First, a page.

In order to provide the best possible conservation for our nation's imperiled species, we developed a National Listing Workplan (Workplan) for addressing domestic listing and critical habitat decisions under the Endangered Species Act (ESA).
The U.S. Fish and Wildlife Service's (Service) priority is to implement and administer the ESA effectively and efficiently. The Workplan enables us to prioritize our workload based on the needs of candidate and petitioned species, while providing greater clarity and predictability about the timing of listing determinations to state wildlife agencies, non-profit organizations, and other diverse stakeholders and partners, with the goal of encouraging proactive conservation so that federal protections are not needed in the first place. The Workplan represents the Service’s conservation priorities based on our review of scientific information.
A species' inclusion in the Workplan does not mean it is going to be listed as endangered or threatened under the ESA. That determination would be made following a rigorous scientific assessment of the species' status to determine whether it meets the definition of an endangered or threatened species. If we determine the species warrants listing, we would need to undertake the appropriate rule-making process before a species receives protections under the ESA. Our rule-making process requires public comment and scientific peer review before any action is finalized.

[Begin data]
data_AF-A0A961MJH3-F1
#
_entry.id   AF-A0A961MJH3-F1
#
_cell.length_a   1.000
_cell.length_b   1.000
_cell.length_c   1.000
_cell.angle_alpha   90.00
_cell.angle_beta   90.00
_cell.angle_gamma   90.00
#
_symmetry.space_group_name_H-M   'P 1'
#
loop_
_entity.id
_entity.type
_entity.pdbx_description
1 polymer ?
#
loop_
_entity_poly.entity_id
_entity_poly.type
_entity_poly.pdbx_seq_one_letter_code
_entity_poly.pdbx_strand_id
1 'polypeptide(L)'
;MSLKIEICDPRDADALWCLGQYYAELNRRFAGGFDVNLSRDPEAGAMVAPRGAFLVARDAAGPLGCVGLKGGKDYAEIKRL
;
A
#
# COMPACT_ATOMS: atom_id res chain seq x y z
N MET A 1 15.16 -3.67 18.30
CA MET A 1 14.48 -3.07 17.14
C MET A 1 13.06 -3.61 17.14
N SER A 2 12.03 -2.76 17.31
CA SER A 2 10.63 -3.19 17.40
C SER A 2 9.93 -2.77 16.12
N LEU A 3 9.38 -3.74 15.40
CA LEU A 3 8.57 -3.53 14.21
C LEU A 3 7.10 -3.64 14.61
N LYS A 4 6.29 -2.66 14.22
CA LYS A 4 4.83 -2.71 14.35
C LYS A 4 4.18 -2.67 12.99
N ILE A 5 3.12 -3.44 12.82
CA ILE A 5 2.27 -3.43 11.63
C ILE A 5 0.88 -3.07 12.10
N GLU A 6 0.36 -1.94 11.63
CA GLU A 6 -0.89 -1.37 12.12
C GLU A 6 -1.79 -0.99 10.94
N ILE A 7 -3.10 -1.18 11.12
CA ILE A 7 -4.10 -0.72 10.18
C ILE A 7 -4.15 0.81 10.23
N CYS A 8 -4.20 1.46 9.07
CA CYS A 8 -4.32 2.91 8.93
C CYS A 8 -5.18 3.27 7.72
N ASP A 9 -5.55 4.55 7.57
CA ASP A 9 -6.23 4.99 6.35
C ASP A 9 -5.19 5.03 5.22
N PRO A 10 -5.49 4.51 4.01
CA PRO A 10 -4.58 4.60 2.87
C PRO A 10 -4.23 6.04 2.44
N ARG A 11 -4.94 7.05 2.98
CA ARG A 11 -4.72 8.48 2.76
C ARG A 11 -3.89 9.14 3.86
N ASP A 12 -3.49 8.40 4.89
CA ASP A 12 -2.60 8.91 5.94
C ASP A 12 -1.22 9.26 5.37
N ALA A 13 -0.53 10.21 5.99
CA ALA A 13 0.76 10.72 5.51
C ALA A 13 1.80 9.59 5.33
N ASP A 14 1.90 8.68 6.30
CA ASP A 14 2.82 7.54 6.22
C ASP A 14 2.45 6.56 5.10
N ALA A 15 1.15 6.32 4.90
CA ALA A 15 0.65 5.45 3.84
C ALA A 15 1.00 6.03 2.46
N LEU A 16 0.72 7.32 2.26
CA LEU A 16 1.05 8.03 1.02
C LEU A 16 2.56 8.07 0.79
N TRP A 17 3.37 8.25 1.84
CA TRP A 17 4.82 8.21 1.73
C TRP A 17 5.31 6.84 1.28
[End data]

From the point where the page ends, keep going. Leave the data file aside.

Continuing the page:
If a petitioned species warrants protections under the ESA, we will seek to issue a listing proposal, rather than adding the species to the candidate list, and will endeavor to simultaneously propose critical habitat designations. Following a proposed rule, the Service plans to issue final rules within statutory deadlines.
Updating the Workplan
The Service updated our National Listing Workplan to reflect our plan of work for fiscal years 2023–2027.
The Workplan is updated regularly to reflect our consideration of new information over time. As we work through the actions on the Workplan, we add new species to forecast priorities and upcoming status reviews a minimum of five years out. Providing this predictability and transparency to stakeholders creates opportunity for proactive conservation efforts that conserve species without needing the ESA's safety net.
The Workplan is designed to provide predictability to our stakeholders and partners; however, adjustments are needed over time to incorporate new work obligations and information. Such adjustments are made with the following in mind:
Our intent is to always provide the public with a projection of our workload for a minimum of five years into the future.
Species with new "substantial" 90-day findings will be assigned a bin number (in coordination with states and others with relevant information) according to our methodology for prioritizing 12-month findings.
Critically imperiled species (Bin 1) will be incorporated into the Workplan as soon as possible.
Remaining species will be incorporated into the Workplan according to their bin number, if feasible, or added to the back end of the Workplan if not.